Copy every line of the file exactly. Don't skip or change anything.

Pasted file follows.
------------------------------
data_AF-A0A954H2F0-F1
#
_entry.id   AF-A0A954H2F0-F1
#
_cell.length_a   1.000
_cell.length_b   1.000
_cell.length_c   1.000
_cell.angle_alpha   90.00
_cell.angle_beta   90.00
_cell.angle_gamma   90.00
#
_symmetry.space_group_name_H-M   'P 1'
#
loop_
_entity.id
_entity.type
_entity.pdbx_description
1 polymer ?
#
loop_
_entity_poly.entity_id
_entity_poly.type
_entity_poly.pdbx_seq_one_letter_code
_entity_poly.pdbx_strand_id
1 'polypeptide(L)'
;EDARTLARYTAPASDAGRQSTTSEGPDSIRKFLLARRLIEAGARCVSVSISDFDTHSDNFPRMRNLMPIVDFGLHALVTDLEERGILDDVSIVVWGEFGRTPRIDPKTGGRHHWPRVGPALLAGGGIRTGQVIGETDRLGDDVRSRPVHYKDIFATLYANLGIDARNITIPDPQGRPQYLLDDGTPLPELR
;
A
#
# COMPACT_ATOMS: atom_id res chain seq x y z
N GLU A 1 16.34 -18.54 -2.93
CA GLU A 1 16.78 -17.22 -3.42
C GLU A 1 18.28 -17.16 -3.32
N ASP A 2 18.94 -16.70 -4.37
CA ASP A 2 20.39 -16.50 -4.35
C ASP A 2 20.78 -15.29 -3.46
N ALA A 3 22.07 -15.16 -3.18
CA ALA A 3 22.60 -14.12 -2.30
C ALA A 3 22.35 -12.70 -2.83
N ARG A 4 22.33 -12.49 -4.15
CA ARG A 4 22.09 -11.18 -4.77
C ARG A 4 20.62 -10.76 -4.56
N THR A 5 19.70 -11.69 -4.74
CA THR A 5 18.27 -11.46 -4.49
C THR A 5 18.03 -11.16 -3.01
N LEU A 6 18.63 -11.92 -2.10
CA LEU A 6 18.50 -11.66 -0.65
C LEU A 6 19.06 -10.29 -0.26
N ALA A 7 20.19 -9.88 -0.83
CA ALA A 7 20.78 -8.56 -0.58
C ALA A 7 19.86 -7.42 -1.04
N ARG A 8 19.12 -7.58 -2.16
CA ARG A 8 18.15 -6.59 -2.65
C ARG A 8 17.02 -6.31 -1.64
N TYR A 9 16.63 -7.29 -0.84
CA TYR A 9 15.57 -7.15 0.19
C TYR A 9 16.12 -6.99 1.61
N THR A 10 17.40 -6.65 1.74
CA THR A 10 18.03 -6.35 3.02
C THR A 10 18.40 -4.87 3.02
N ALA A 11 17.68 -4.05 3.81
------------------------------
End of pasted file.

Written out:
data_AF-A0A954H2F0-F1
#
_entry.id   AF-A0A954H2F0-F1
#
_cell.length_a   1.000
_cell.length_b   1.000
_cell.length_c   1.000
_cell.angle_alpha   90.00
_cell.angle_beta   90.00
_cell.angle_gamma   90.00
#
_symmetry.space_group_name_H-M   'P 1'
#
loop_
_entity.id
_entity.type
_entity.pdbx_description
1 polymer ?
#
loop_
_entity_poly.entity_id
_entity_poly.type
_entity_poly.pdbx_seq_one_letter_code
_entity_poly.pdbx_strand_id
1 'polypeptide(L)'
;EDARTLARYTAPASDAGRQSTTSEGPDSIRKFLLARRLIEAGARCVSVSISDFDTHSDNFPRMRNLMPIVDFGLHALVTDLEERGILDDVSIVVWGEFGRTPRIDPKTGGRHHWPRVGPALLAGGGIRTGQVIGETDRLGDDVRSRPVHYKDIFATLYANLGIDARNITIPDPQGRPQYLLDDGTPLPELR
;
A
#
# COMPACT_ATOMS: atom_id res chain seq x y z
N GLU A 1 16.34 -18.54 -2.93
CA GLU A 1 16.78 -17.22 -3.42
C GLU A 1 18.28 -17.16 -3.32
N ASP A 2 18.94 -16.70 -4.37
CA ASP A 2 20.39 -16.50 -4.35
C ASP A 2 20.78 -15.29 -3.46
N ALA A 3 22.07 -15.16 -3.18
CA ALA A 3 22.60 -14.12 -2.30
C ALA A 3 22.35 -12.70 -2.83
N ARG A 4 22.33 -12.49 -4.15
CA ARG A 4 22.09 -11.18 -4.77
C ARG A 4 20.62 -10.76 -4.56
N THR A 5 19.70 -11.69 -4.74
CA THR A 5 18.27 -11.46 -4.49
C THR A 5 18.03 -11.16 -3.01
N LEU A 6 18.63 -11.92 -2.10
CA LEU A 6 18.50 -11.66 -0.65
C LEU A 6 19.06 -10.29 -0.26
N ALA A 7 20.19 -9.88 -0.83
CA ALA A 7 20.78 -8.56 -0.58
C ALA A 7 19.86 -7.42 -1.04
N ARG A 8 19.12 -7.58 -2.16
CA ARG A 8 18.15 -6.59 -2.65
C ARG A 8 17.02 -6.31 -1.64
N TYR A 9 16.63 -7.29 -0.84
CA TYR A 9 15.57 -7.15 0.19
C TYR A 9 16.12 -6.99 1.61
N THR A 10 17.40 -6.65 1.74
CA THR A 10 18.03 -6.35 3.02
C THR A 10 18.40 -4.87 3.02
N ALA A 11 17.68 -4.05 3.81